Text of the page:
Walking the sandy beaches of the Cape and Islands, kayaking the marshes and salt ponds, or scrambling around the rocky shores of Maine will almost always provide three things: a great outdoor experience, a chance to explore and learn about nature and the amazing diversity of life, and a full review of the waste, refuse, garbage, and pollutants that we cast onto our rivers, shores, and oceans.
While being blessed with the chance to take a recent early morning hike around my favorite little Massachusetts island, I calculated an assortment of the following: the smashed remnants of dozens of lobster traps, several plastic and metal buckets, beer cans, more beer cans, an unopened plastic bottle of cranberry juice (I didn’t try to drink it), a refrigerator door which was probably 30 years old, plastic food wrappers, auto oil filters, boat oil filters, one pretty large piece of fiberglass part from someone’s unfortunately lost vessel, dozens of miles of discarded fishing line, nets and other assorted fishing gear, flip-flops, sandals and shoes, 50 gallon drums, an unused emergency smoke bomb, about two dozen assorted rubber gloves (mostly lefts), about one dozen assorted rubber boots (mostly rights), a vast amount of the highly predictable but still depressing plastic bottles, a few glass bottles, an oddly-placed large chunk of asphalt, a metal chair, some random pieces of wood pallets and tree stumps, two umbrellas, pesticide spray bottles, one display of typical latex birthday party balloons, and two separate displays of very fancy Mylar celebratory balloons.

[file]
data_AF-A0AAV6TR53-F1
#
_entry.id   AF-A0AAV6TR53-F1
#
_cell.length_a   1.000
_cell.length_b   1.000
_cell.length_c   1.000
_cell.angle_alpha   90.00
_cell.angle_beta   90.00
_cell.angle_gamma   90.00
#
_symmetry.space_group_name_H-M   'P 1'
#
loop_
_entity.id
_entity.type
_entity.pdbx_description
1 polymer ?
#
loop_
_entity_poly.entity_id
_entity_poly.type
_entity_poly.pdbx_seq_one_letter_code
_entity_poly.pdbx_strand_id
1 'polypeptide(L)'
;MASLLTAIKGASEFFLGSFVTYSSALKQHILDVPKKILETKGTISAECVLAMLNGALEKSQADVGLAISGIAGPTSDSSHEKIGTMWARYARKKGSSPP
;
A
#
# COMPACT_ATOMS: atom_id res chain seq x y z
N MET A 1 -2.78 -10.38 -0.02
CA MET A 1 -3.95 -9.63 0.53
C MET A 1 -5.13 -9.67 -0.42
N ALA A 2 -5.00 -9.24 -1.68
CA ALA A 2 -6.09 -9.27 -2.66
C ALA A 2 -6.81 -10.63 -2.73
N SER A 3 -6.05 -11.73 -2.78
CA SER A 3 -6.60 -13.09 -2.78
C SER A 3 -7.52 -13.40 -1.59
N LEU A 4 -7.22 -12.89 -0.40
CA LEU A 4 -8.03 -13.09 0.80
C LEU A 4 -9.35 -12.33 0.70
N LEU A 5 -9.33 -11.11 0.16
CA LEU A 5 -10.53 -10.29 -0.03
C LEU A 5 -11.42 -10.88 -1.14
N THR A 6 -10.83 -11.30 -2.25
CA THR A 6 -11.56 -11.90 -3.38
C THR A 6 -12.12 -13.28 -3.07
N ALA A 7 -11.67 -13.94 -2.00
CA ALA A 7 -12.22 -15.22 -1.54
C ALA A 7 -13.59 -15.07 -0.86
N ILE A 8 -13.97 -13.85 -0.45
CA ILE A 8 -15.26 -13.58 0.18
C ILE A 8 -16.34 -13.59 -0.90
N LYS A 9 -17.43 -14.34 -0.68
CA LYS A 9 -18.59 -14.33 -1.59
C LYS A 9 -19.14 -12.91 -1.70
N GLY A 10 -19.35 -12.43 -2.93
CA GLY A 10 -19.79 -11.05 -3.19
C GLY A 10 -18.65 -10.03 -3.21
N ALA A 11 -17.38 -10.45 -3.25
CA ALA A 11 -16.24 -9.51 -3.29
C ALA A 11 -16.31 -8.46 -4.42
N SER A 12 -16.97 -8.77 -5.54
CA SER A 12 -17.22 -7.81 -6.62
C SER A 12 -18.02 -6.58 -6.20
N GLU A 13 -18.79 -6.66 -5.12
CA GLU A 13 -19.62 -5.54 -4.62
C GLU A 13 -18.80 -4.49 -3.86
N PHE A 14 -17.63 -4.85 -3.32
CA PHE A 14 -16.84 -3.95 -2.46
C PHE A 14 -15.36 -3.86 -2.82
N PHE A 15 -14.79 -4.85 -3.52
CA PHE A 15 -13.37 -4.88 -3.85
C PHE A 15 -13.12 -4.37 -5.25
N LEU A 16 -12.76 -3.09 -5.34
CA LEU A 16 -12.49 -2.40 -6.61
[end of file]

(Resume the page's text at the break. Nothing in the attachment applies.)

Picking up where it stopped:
While shocking in its abundance, it was still a fairly standard composition of junk. Policy makers refer to this aspect of ocean management as “marine debris.” Honestly, I think we can just call it “ocean garbage.” Ocean garbage is a longtime and ever increasing problem. The type of materials we put into waterways and on our beaches in the modern era tend to be more toxic and long-lived than the flotsam and jetsam of past centuries. The debris floating across the Pacific from the terrible tsunami that devastated the coast of Japan last year has brought some attention to the problem, as has the media report so the massive garbage patches. Believe it or not, even the thousands of tons of stuff from a single event such as the tsunami is dwarfed by the annual build-up of daily deposits.
There are some good folks, however, who are not going to take this problem lying down. One tremendous collaborative effort is the annual International Coastal Cleanup which is organized each year by our good friends at the Ocean Conservancy. The 2012 ICC, as it is known, happens this Saturday, Sept. 15. Thousands of people around this country and others will volunteer for a day to gather up the coastal and ocean garbage and responsibly deposit it in landfills. You can help out too!
A challenge this broad really does require broad coordination and collaboration. The National Ocean Policy provides the forum for state officials, federal agencies, municipalities and other ocean user groups to help tackle the threat of marine debris. Regional ocean planning is certainly a great tool for coordination in New England.